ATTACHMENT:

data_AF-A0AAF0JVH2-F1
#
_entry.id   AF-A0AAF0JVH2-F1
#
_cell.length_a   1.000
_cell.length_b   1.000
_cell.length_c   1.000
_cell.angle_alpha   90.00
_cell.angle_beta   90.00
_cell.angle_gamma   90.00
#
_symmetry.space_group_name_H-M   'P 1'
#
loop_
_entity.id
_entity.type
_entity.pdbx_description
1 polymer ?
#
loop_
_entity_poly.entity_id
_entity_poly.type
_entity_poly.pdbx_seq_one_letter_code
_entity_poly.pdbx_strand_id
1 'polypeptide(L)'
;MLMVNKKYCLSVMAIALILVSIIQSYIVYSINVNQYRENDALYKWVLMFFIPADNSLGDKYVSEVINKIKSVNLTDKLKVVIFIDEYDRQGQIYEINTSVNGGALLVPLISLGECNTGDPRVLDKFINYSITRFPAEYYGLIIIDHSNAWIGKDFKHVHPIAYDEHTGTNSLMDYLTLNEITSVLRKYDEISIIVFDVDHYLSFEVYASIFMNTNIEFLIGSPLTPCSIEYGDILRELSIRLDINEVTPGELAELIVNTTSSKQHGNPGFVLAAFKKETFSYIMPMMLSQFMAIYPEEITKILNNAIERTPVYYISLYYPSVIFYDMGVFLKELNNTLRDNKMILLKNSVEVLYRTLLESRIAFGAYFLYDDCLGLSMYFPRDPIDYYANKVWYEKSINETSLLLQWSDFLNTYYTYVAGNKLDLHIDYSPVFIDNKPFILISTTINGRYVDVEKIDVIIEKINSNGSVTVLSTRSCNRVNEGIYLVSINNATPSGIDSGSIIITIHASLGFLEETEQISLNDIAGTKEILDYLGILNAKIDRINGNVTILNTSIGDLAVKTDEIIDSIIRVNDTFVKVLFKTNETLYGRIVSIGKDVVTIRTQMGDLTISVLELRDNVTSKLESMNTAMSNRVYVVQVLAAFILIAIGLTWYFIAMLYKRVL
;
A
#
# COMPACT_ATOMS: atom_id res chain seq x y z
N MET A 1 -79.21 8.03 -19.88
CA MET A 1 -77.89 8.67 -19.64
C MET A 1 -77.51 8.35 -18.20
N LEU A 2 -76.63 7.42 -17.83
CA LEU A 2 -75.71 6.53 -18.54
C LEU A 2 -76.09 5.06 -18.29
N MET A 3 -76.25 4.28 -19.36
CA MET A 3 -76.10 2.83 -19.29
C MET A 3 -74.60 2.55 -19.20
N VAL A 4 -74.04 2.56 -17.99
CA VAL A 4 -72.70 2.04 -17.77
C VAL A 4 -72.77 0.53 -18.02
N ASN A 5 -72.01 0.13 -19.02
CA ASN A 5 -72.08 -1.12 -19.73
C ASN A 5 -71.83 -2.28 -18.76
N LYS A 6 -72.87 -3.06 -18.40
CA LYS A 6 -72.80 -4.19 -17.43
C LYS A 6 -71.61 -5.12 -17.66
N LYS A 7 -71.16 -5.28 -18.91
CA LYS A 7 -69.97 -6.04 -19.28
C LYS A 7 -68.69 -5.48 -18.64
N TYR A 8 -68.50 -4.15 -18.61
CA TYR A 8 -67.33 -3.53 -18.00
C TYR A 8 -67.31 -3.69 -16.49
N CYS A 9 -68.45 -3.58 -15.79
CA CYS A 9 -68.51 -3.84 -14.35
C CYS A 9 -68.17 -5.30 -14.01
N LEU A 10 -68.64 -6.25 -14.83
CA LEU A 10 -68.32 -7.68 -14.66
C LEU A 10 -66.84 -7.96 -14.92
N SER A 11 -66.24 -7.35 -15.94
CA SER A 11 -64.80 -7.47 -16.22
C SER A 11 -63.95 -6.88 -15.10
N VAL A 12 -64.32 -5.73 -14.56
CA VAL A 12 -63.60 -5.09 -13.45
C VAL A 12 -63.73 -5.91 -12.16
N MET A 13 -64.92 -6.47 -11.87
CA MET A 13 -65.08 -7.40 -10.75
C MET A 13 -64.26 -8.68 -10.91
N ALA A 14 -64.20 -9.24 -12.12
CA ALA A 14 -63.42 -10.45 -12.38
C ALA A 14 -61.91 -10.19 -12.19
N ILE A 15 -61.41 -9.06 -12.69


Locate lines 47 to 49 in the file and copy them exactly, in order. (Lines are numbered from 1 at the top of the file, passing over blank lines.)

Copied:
CA LYS A 6 -72.80 -4.19 -17.43
C LYS A 6 -71.61 -5.12 -17.66
N LYS A 7 -71.16 -5.28 -18.91